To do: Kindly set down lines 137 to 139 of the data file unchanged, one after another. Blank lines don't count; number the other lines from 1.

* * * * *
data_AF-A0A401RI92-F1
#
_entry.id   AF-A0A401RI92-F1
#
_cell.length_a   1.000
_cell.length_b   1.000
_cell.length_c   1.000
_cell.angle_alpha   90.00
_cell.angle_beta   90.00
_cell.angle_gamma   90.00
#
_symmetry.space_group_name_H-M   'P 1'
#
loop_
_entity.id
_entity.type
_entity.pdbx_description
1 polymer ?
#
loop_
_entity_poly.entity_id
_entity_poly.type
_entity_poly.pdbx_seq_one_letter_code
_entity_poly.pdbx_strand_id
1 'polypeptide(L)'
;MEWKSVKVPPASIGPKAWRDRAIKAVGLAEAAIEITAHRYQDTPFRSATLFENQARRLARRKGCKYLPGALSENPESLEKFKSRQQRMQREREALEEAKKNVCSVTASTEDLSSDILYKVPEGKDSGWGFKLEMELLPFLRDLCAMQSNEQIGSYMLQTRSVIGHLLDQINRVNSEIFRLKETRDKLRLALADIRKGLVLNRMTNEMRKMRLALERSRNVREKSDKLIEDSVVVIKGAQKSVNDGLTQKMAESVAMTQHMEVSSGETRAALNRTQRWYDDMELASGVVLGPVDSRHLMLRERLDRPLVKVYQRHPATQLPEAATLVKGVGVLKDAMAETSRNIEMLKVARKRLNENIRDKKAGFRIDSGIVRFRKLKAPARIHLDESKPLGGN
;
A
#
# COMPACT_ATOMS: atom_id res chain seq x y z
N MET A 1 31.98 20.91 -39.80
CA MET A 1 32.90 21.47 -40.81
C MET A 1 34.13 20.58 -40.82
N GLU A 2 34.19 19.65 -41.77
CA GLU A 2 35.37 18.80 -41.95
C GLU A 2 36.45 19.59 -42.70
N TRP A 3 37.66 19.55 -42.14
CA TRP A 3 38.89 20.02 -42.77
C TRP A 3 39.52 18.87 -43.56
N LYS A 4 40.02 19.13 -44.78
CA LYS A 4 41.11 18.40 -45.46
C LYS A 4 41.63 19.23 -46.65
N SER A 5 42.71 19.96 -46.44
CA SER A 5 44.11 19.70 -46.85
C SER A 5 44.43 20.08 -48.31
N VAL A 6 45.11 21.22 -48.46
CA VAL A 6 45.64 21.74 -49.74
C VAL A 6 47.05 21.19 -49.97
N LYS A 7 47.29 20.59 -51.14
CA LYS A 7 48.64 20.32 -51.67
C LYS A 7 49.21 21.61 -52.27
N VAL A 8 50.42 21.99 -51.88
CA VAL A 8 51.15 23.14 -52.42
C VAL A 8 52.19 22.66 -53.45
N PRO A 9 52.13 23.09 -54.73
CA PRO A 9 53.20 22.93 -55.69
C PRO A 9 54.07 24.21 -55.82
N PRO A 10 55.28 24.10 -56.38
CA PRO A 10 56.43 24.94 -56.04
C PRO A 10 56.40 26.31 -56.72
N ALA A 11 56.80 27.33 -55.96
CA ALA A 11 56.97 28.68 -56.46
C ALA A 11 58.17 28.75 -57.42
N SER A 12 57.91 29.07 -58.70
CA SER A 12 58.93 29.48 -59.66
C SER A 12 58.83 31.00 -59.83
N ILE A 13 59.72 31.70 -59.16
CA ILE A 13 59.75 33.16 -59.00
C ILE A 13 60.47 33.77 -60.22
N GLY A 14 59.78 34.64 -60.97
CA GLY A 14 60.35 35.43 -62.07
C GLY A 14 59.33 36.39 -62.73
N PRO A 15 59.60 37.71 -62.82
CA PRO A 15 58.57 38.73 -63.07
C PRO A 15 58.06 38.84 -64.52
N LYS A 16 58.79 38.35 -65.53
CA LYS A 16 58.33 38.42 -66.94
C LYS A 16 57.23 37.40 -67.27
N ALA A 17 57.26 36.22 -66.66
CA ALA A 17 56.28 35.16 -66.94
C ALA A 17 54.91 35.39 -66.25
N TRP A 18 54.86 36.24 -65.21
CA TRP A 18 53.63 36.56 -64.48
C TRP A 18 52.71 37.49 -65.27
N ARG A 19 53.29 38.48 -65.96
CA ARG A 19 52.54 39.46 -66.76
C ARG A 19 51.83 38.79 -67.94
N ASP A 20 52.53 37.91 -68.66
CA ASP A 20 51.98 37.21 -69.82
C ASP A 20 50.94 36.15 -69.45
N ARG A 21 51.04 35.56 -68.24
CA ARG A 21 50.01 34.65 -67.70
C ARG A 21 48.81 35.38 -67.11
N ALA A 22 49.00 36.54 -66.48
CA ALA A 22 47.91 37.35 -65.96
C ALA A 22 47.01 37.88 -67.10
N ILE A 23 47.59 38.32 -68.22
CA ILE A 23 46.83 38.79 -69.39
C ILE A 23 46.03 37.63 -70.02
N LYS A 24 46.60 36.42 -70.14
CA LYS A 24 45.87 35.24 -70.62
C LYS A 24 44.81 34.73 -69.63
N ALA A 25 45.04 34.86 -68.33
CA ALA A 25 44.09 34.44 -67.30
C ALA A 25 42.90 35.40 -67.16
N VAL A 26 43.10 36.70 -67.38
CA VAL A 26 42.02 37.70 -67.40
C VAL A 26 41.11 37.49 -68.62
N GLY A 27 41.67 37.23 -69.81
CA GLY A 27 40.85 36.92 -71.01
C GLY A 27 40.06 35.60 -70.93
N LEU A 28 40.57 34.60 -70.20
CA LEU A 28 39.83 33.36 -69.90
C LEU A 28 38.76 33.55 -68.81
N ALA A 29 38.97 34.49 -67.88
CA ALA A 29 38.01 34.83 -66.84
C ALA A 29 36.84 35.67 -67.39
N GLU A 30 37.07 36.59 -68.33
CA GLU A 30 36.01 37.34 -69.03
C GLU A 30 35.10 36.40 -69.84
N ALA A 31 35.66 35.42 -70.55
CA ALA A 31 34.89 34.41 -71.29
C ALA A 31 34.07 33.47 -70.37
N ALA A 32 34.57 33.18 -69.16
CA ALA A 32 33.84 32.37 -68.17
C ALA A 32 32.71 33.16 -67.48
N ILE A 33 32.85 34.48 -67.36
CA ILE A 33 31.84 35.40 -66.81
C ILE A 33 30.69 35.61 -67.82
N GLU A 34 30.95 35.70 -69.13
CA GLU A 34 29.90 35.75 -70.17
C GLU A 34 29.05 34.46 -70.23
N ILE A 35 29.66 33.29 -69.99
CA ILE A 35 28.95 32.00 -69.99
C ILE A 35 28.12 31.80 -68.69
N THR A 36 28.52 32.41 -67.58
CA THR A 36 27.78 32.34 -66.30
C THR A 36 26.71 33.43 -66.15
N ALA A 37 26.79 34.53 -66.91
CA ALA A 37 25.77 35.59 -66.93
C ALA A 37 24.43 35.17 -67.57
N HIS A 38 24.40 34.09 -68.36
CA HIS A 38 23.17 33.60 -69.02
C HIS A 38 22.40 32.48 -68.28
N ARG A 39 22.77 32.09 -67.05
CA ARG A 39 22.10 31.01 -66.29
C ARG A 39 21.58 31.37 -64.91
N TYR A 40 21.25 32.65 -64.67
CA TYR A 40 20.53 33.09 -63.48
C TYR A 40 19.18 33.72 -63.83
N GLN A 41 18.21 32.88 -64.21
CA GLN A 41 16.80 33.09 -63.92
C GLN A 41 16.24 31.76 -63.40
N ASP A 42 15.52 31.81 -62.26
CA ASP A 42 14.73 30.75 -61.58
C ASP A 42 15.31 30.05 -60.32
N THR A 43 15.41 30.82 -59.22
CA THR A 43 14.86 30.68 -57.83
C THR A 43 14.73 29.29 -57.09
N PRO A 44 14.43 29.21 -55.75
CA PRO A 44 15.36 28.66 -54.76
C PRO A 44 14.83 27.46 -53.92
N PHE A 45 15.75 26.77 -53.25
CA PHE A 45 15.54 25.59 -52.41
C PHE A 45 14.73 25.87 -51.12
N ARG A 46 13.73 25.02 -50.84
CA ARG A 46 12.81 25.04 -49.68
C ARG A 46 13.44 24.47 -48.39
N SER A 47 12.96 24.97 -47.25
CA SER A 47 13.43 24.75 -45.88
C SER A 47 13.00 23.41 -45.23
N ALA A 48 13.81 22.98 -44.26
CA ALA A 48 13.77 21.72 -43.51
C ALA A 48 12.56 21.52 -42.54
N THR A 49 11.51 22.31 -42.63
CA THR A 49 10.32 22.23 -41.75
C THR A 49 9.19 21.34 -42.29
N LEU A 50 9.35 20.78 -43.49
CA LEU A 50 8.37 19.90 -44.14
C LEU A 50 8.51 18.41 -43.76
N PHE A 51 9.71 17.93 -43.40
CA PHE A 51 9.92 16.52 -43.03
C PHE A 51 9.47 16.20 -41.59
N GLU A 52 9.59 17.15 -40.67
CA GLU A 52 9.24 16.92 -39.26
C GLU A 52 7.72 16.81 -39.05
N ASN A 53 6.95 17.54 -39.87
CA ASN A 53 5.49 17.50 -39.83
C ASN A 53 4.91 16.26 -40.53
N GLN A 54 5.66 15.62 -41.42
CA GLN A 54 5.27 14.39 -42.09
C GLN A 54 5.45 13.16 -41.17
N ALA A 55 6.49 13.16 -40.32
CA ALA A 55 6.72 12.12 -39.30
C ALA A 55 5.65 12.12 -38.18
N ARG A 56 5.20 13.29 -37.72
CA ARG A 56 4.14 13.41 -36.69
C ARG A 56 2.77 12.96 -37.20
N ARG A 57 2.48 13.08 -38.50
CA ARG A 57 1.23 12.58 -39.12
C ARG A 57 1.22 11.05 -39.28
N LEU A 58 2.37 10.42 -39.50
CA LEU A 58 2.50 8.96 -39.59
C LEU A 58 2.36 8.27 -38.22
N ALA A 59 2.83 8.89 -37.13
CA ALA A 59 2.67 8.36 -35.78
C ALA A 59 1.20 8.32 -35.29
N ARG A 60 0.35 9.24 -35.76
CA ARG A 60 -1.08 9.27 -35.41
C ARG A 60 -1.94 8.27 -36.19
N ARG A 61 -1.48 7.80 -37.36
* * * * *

CA THR A 36 27.78 32.34 -66.30
C THR A 36 26.71 33.43 -66.15
N ALA A 37 26.79 34.53 -66.91